NEW Wifi Shield Review

Wanna take advantage of already-have Ethernet or Internet to implement your IoT project? Wifi module is a must. We have an XBee compatible Wifi Bee in the bazaar for those Bee lovers. It’s a good choice if you are familiar with Bee products. As for Arduino hardcore, we believe shield can be a convenient and neat choice. That’s why we have a new plug-n-play Wifi shield now.

This review is written from a view of a beginner. If you are new to wifi module and wanna try, this review can help you gain some tips on hardware connection, basic coding and application. If you are experienced with Wifi module, you can totally ignore this review (well, if you feel like solving some problems I met as listed at the bottom of this review, bravo!).

1. Hardware Connection

This Wifi shield utilizes one of the most popular wifi chip, RN171, to provide your project with serial Ethernet function. It only requires 2 I/O pins of Arduino/Seeeduino to fulfill the function, saving more pins for extending development. The 2 pins occupied, RX and TX, are shown below. The first row and the last row of pins are connected to TX and RX of the RN171 chip respectively, and the pins of the middle row are connected to D0~D7 from right to left.

We ship this Wifi shield with D2 shorted to TX and D3 shorted to RX as shown below. You can absolutely change it. Just move the shorted jumpers to pins you like and change one line of the software programming in the example we provide in Wifi shield’s wiki page.

This line describes the config of TX and RX:

WiflyClass Wifly(2,3);

Which means D2 is connected to TX and D3 is connected to RX. If you wanna change, change these parameters also.

2. DigitalRead Demo

The original example provided on wiki page shows you how to communicate between a virtual remote server and a soft serial COM. TCP server and SSCOM are two tools packed for them. Because there are off-the-peg Grove sockets on this new wifi shield, I tried to read a sensor value from the server end in this demo.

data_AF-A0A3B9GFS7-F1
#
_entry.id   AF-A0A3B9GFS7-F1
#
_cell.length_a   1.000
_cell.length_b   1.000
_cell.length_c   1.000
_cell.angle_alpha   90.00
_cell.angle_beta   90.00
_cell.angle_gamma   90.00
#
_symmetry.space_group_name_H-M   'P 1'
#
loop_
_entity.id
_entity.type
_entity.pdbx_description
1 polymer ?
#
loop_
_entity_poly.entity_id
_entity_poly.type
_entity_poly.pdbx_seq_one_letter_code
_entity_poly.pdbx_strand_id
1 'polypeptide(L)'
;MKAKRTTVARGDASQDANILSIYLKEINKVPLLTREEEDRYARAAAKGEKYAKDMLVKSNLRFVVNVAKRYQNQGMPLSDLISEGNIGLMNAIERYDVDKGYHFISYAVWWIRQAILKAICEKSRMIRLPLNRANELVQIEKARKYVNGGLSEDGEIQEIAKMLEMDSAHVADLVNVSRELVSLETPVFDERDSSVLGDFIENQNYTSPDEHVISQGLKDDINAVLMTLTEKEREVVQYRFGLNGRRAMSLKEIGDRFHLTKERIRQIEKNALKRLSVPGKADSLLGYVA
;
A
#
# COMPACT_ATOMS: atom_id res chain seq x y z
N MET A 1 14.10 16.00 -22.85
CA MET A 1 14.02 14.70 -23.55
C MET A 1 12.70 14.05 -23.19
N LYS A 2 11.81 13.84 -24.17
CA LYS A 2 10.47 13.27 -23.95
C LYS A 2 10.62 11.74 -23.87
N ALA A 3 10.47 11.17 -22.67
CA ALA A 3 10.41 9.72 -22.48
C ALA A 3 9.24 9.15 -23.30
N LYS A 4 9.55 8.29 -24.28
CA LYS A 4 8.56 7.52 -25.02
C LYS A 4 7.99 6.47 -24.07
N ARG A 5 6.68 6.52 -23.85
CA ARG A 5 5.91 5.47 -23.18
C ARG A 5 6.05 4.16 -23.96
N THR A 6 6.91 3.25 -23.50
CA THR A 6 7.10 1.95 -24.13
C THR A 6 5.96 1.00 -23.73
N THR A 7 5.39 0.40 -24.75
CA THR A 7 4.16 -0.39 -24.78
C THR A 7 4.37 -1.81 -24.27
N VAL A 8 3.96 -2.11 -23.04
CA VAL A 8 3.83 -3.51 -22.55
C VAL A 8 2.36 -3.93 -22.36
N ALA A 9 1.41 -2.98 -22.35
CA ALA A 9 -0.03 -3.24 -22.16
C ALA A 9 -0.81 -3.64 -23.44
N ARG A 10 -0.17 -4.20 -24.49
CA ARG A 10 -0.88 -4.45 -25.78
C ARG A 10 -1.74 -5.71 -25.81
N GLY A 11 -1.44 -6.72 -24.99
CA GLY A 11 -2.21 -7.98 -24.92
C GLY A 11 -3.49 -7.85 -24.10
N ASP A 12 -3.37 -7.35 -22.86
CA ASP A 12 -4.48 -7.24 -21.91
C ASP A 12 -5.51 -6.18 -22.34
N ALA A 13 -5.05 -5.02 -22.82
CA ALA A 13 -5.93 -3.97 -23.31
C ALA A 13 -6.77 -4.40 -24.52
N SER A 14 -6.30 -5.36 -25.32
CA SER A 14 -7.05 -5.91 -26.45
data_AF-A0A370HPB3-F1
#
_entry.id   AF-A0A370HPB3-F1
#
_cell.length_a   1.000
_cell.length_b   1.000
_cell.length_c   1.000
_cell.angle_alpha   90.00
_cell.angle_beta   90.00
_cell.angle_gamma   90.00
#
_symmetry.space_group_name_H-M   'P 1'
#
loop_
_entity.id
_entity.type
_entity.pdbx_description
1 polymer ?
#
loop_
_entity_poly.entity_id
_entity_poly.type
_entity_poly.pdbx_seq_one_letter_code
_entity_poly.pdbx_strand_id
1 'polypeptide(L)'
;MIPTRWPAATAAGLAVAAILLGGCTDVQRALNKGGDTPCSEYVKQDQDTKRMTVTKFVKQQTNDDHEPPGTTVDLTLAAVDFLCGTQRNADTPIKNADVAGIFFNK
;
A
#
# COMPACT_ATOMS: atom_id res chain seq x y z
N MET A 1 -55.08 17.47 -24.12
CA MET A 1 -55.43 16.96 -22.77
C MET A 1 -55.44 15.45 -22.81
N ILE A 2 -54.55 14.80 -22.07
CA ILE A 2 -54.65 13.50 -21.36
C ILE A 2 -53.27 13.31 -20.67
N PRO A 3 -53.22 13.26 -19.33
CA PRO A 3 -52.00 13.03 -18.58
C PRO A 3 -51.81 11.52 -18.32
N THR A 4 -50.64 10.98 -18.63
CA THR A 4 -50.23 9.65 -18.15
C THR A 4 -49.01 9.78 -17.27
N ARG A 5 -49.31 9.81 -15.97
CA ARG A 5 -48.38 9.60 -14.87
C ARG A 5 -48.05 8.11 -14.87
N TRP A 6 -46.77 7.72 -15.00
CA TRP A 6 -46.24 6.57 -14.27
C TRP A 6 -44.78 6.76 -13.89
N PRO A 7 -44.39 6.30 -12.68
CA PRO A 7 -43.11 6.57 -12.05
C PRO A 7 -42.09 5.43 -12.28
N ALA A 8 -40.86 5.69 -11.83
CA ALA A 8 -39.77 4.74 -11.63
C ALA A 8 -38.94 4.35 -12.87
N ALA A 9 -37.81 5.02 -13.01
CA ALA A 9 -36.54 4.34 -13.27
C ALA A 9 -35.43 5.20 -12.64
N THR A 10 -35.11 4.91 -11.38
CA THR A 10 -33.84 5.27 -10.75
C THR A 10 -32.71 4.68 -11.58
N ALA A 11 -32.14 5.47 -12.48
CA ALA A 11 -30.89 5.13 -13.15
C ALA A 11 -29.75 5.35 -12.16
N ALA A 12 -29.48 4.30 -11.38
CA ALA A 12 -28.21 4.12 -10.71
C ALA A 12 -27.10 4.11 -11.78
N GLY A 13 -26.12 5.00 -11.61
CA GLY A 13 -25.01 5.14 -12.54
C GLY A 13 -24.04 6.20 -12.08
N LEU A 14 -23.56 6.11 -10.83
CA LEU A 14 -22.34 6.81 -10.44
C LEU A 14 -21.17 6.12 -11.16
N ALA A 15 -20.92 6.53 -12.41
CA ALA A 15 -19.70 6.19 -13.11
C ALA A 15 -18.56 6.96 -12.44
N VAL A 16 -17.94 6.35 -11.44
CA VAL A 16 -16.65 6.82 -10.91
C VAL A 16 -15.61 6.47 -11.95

Feel uncertain about the two tools we are going to use? Find background info on the wiki page.

I did some modifications to the original example and used a tilt switch to achieve the function:

#include “Wifly.h”

#include <SoftwareSerial.h>

WiflyClass Wifly(2,3);

int tiltswitch = 9; // the digital Gove socket is connected to D8 & D9 of the microcontroller

void setup()




Wifly.setConfig(“HOME”,”11111111″); //the Ethernet information



while(!Wifly.connect(“″,”90”)); //remote server address and port number



void loop()


if(Wifly.canReadFromSocket()) //check if any message sent from the server


Wifly.readFromSocket(); //print message sent from the server on SSCOM

if(Wifly.readFromSocket()== ‘Z’) //set a key word to collect sensor value


Wifly.print(digitalRead(tiltswitch)+48); //get the sensor value printed by “+48”,

//changeing int into char format





Wifly.print((char); // print message sent from SSCOM

//on the screen of the server



There are two functions that might be used pretty often:

1)       Wifly.readFromSocket();

This function is used to print message sent from server end onto the screen of SSCOM.

2)       Wifly.print();

This function is used to print message onto the screen of server, no matter where the message comes from. The source can be SSCOM or sensors we used above.

Upload the sketch, run TCP server and SSCOM. When “<–Connected!” appears on the screen of server, the bridge is built. Let’s run up the communication in an old-school way, try  “Hello world!”, then here is what I get:

Then test the command I set to collect sensor value on the Wifi shield: “Z”:

I get “1” sent from SSCOM end, which is the sensor value of tilt switch on the digital Grove socket. Now send “Z” to SSCOM when you want to read the status of sensor on the Wifi shield.

3. Problems

When I used “Wifly.print(digitalRead(tiltswitch)+48);” to get int printed, I need +48 to change the sensor value into corresponding ASCII code. And when it comes to float number, bugs happen. Both of these mean more types of supports are needed for Wifly.readFromSocket(); and Wifly.print();.

Besides, Wifi Shield shouldn’t be limited within Ethernet. If you have any fabulous Internet based projects, welcome to share with us! Looking forward to your work!

About Author


June 2012